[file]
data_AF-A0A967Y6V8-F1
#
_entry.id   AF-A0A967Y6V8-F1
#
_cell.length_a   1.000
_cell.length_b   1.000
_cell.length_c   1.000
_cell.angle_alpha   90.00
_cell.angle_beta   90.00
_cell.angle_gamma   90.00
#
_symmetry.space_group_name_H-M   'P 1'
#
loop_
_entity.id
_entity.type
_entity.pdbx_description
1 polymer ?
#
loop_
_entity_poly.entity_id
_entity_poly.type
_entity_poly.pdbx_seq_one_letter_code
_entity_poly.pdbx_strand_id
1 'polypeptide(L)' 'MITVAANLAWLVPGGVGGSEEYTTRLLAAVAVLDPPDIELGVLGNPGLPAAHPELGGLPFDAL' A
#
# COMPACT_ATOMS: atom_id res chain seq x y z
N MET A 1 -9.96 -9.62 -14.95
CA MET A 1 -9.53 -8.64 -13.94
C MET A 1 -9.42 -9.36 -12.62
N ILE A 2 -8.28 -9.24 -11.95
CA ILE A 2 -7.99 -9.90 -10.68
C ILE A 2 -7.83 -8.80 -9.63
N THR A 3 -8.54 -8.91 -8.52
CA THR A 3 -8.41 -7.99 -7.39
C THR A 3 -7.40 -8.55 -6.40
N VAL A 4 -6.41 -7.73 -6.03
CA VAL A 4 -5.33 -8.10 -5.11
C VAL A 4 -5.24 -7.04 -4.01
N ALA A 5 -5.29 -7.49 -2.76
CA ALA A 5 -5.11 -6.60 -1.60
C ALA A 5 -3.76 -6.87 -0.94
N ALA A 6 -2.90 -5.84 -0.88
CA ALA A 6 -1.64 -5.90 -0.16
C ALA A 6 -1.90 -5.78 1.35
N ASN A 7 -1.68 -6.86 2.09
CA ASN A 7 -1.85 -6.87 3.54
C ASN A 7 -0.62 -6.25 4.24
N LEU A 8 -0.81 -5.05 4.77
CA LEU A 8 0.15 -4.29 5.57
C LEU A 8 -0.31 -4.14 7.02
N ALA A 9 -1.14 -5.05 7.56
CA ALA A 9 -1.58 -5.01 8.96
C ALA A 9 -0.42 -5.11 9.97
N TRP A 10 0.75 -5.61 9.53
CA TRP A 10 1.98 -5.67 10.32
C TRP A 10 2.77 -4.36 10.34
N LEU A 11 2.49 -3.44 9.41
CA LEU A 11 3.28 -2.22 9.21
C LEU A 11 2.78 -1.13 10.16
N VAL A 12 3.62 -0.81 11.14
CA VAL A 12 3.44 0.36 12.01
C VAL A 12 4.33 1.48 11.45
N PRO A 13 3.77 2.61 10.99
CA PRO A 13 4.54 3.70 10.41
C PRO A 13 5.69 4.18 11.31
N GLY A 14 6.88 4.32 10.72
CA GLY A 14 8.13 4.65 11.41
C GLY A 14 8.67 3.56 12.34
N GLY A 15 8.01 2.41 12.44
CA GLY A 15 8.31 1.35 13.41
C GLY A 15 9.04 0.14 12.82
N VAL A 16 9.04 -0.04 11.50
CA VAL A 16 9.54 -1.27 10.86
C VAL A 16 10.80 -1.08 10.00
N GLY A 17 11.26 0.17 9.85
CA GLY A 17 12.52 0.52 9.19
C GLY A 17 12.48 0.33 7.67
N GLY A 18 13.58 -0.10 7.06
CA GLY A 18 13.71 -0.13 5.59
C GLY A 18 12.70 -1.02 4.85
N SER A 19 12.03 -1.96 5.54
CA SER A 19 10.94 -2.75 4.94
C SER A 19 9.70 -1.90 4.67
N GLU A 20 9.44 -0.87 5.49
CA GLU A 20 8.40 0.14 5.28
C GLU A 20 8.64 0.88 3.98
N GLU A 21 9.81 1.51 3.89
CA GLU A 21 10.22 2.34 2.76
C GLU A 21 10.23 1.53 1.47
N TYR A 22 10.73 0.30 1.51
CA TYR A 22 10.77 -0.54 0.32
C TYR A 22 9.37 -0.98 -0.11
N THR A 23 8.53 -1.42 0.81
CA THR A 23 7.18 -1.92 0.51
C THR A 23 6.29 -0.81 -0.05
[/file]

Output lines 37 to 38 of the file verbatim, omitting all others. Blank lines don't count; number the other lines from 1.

N VAL A 4 -6.41 -7.73 -6.03
CA VAL A 4 -5.33 -8.10 -5.11